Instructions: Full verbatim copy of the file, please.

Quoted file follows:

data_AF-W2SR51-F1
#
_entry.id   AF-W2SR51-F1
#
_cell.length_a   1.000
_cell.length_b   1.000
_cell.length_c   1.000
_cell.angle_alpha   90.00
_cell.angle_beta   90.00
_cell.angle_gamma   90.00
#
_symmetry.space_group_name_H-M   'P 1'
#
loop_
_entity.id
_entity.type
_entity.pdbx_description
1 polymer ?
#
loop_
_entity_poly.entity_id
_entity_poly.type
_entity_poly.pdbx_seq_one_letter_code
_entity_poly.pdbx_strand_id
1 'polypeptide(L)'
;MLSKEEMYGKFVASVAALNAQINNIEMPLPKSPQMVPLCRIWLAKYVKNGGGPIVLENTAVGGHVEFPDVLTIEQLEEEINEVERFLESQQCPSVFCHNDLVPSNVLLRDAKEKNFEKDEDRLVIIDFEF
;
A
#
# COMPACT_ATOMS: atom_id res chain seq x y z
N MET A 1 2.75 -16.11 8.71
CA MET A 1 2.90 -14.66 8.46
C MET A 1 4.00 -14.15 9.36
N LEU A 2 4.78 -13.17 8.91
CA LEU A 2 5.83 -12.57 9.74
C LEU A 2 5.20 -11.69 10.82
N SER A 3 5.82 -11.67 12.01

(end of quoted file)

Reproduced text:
data_AF-W2SR51-F1
#
_entry.id   AF-W2SR51-F1
#
_cell.length_a   1.000
_cell.length_b   1.000
_cell.length_c   1.000
_cell.angle_alpha   90.00
_cell.angle_beta   90.00
_cell.angle_gamma   90.00
#
_symmetry.space_group_name_H-M   'P 1'
#
loop_
_entity.id
_entity.type
_entity.pdbx_description
1 polymer ?
#
loop_
_entity_poly.entity_id
_entity_poly.type
_entity_poly.pdbx_seq_one_letter_code
_entity_poly.pdbx_strand_id
1 'polypeptide(L)'
;MLSKEEMYGKFVASVAALNAQINNIEMPLPKSPQMVPLCRIWLAKYVKNGGGPIVLENTAVGGHVEFPDVLTIEQLEEEINEVERFLESQQCPSVFCHNDLVPSNVLLRDAKEKNFEKDEDRLVIIDFEF
;
A
#
# COMPACT_ATOMS: atom_id res chain seq x y z
N MET A 1 2.75 -16.11 8.71
CA MET A 1 2.90 -14.66 8.46
C MET A 1 4.00 -14.15 9.36
N LEU A 2 4.78 -13.17 8.91
CA LEU A 2 5.83 -12.57 9.74
C LEU A 2 5.20 -11.69 10.82
N SER A 3 5.82 -11.67 12.01